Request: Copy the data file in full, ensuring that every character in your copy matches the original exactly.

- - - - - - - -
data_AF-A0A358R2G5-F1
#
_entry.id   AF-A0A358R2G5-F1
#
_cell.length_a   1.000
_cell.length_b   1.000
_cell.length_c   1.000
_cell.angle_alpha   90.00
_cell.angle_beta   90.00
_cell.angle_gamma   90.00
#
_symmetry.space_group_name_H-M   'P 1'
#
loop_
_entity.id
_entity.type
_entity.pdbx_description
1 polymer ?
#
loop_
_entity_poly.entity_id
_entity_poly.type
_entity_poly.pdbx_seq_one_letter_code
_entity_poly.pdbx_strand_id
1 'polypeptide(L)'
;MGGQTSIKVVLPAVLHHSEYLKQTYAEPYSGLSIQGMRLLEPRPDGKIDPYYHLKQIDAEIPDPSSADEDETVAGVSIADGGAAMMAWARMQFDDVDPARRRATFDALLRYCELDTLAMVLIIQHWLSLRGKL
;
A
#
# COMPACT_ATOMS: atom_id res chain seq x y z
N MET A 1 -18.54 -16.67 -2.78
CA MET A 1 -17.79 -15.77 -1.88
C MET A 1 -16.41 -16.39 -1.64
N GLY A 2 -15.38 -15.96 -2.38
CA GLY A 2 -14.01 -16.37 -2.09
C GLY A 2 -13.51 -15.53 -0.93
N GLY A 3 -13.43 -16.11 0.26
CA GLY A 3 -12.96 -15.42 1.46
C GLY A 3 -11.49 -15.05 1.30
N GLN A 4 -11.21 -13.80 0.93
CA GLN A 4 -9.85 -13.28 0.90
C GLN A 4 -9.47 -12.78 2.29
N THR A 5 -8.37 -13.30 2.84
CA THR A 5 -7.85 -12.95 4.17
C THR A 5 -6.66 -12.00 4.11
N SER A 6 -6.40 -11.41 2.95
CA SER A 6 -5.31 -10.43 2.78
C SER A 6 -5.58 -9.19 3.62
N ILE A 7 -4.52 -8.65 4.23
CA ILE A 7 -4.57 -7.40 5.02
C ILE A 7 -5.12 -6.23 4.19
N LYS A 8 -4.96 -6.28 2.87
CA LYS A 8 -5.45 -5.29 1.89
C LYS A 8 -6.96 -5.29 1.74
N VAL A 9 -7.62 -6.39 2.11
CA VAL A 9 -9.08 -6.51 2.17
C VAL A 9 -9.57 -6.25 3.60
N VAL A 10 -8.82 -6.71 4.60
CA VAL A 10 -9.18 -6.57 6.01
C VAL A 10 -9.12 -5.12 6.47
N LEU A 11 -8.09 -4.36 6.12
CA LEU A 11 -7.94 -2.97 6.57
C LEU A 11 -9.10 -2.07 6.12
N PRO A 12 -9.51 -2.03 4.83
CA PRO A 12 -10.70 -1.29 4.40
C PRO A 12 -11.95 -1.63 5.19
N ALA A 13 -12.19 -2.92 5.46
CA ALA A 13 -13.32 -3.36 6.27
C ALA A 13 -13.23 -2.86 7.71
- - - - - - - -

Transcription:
data_AF-A0A358R2G5-F1
#
_entry.id   AF-A0A358R2G5-F1
#
_cell.length_a   1.000
_cell.length_b   1.000
_cell.length_c   1.000
_cell.angle_alpha   90.00
_cell.angle_beta   90.00
_cell.angle_gamma   90.00
#
_symmetry.space_group_name_H-M   'P 1'
#
loop_
_entity.id
_entity.type
_entity.pdbx_description
1 polymer ?
#
loop_
_entity_poly.entity_id
_entity_poly.type
_entity_poly.pdbx_seq_one_letter_code
_entity_poly.pdbx_strand_id
1 'polypeptide(L)'
;MGGQTSIKVVLPAVLHHSEYLKQTYAEPYSGLSIQGMRLLEPRPDGKIDPYYHLKQIDAEIPDPSSADEDETVAGVSIADGGAAMMAWARMQFDDVDPARRRATFDALLRYCELDTLAMVLIIQHWLSLRGKL
;
A
#
# COMPACT_ATOMS: atom_id res chain seq x y z
N MET A 1 -18.54 -16.67 -2.78
CA MET A 1 -17.79 -15.77 -1.88
C MET A 1 -16.41 -16.39 -1.64
N GLY A 2 -15.38 -15.96 -2.38
CA GLY A 2 -14.01 -16.37 -2.09
C GLY A 2 -13.51 -15.53 -0.93
N GLY A 3 -13.43 -16.11 0.26
CA GLY A 3 -12.96 -15.42 1.46
C GLY A 3 -11.49 -15.05 1.30
N GLN A 4 -11.21 -13.80 0.93
CA GLN A 4 -9.85 -13.28 0.90
C GLN A 4 -9.47 -12.78 2.29
N THR A 5 -8.37 -13.30 2.84
CA THR A 5 -7.85 -12.95 4.17
C THR A 5 -6.66 -12.00 4.11
N SER A 6 -6.40 -11.41 2.95
CA SER A 6 -5.31 -10.43 2.78
C SER A 6 -5.58 -9.19 3.62
N ILE A 7 -4.52 -8.65 4.23
CA ILE A 7 -4.57 -7.40 5.02
C ILE A 7 -5.12 -6.23 4.19
N LYS A 8 -4.96 -6.28 2.87
CA LYS A 8 -5.45 -5.29 1.89
C LYS A 8 -6.96 -5.29 1.74
N VAL A 9 -7.62 -6.39 2.11
CA VAL A 9 -9.08 -6.51 2.17
C VAL A 9 -9.57 -6.25 3.60
N VAL A 10 -8.82 -6.71 4.60
CA VAL A 10 -9.18 -6.57 6.01
C VAL A 10 -9.12 -5.12 6.47
N LEU A 11 -8.09 -4.36 6.12
CA LEU A 11 -7.94 -2.97 6.57
C LEU A 11 -9.10 -2.07 6.12
N PRO A 12 -9.51 -2.03 4.83
CA PRO A 12 -10.70 -1.29 4.40
C PRO A 12 -11.95 -1.63 5.19
N ALA A 13 -12.19 -2.92 5.46
CA ALA A 13 -13.32 -3.36 6.27
C ALA A 13 -13.23 -2.86 7.71